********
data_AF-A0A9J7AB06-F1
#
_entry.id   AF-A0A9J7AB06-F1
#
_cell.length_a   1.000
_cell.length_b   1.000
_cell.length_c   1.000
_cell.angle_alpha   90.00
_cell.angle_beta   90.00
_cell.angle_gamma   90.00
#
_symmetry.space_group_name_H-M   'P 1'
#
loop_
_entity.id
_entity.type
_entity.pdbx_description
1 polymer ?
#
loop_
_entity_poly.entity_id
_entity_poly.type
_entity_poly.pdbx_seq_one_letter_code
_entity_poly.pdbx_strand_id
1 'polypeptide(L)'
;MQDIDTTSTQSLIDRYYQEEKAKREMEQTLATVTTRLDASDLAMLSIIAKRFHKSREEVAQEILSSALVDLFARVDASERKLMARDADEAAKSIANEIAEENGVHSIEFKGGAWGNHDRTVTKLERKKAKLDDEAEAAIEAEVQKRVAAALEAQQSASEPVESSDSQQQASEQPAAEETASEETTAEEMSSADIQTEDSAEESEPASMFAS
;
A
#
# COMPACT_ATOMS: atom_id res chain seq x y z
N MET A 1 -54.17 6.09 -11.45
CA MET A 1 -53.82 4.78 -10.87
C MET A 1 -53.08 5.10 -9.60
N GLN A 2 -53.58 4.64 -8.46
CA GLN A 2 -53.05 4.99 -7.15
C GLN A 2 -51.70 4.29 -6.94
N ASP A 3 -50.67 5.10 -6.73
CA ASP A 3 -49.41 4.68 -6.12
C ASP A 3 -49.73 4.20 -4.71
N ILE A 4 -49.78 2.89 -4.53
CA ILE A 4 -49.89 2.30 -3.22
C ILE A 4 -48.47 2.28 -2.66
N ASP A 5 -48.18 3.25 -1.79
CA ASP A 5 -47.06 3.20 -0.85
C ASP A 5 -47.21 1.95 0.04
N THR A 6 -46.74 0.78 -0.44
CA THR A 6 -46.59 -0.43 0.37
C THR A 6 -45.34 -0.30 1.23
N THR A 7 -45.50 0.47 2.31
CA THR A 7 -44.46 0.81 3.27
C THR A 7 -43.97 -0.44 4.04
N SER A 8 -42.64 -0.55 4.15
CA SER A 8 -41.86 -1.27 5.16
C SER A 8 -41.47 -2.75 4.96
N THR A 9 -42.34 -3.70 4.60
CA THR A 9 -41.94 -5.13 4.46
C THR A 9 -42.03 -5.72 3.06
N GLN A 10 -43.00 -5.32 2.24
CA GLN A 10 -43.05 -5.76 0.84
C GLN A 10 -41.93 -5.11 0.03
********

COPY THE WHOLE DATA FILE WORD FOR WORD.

data_AF-A0A9J7AB06-F1
#
_entry.id   AF-A0A9J7AB06-F1
#
_cell.length_a   1.000
_cell.length_b   1.000
_cell.length_c   1.000
_cell.angle_alpha   90.00
_cell.angle_beta   90.00
_cell.angle_gamma   90.00
#
_symmetry.space_group_name_H-M   'P 1'
#
loop_
_entity.id
_entity.type
_entity.pdbx_description
1 polymer ?
#
loop_
_entity_poly.entity_id
_entity_poly.type
_entity_poly.pdbx_seq_one_letter_code
_entity_poly.pdbx_strand_id
1 'polypeptide(L)'
;MQDIDTTSTQSLIDRYYQEEKAKREMEQTLATVTTRLDASDLAMLSIIAKRFHKSREEVAQEILSSALVDLFARVDASERKLMARDADEAAKSIANEIAEENGVHSIEFKGGAWGNHDRTVTKLERKKAKLDDEAEAAIEAEVQKRVAAALEAQQSASEPVESSDSQQQASEQPAAEETASEETTAEEMSSADIQTEDSAEESEPASMFAS
;
A
#
# COMPACT_ATOMS: atom_id res chain seq x y z
N MET A 1 -54.17 6.09 -11.45
CA MET A 1 -53.82 4.78 -10.87
C MET A 1 -53.08 5.10 -9.60
N GLN A 2 -53.58 4.64 -8.46
CA GLN A 2 -53.05 4.99 -7.15
C GLN A 2 -51.70 4.29 -6.94
N ASP A 3 -50.67 5.10 -6.73
CA ASP A 3 -49.41 4.68 -6.12
C ASP A 3 -49.73 4.20 -4.71
N ILE A 4 -49.78 2.89 -4.53
CA ILE A 4 -49.89 2.30 -3.22
C ILE A 4 -48.47 2.28 -2.66
N ASP A 5 -48.18 3.25 -1.79
CA ASP A 5 -47.06 3.20 -0.85
C ASP A 5 -47.21 1.95 0.04
N THR A 6 -46.74 0.78 -0.44
CA THR A 6 -46.59 -0.43 0.37
C THR A 6 -45.34 -0.30 1.23
N THR A 7 -45.50 0.47 2.31
CA THR A 7 -44.46 0.81 3.27
C THR A 7 -43.97 -0.44 4.04
N SER A 8 -42.64 -0.55 4.15
CA SER A 8 -41.86 -1.27 5.16
C SER A 8 -41.47 -2.75 4.96
N THR A 9 -42.34 -3.70 4.60
CA THR A 9 -41.94 -5.13 4.46
C THR A 9 -42.03 -5.72 3.06
N GLN A 10 -43.00 -5.32 2.24
CA GLN A 10 -43.05 -5.76 0.84
C GLN A 10 -41.93 -5.11 0.03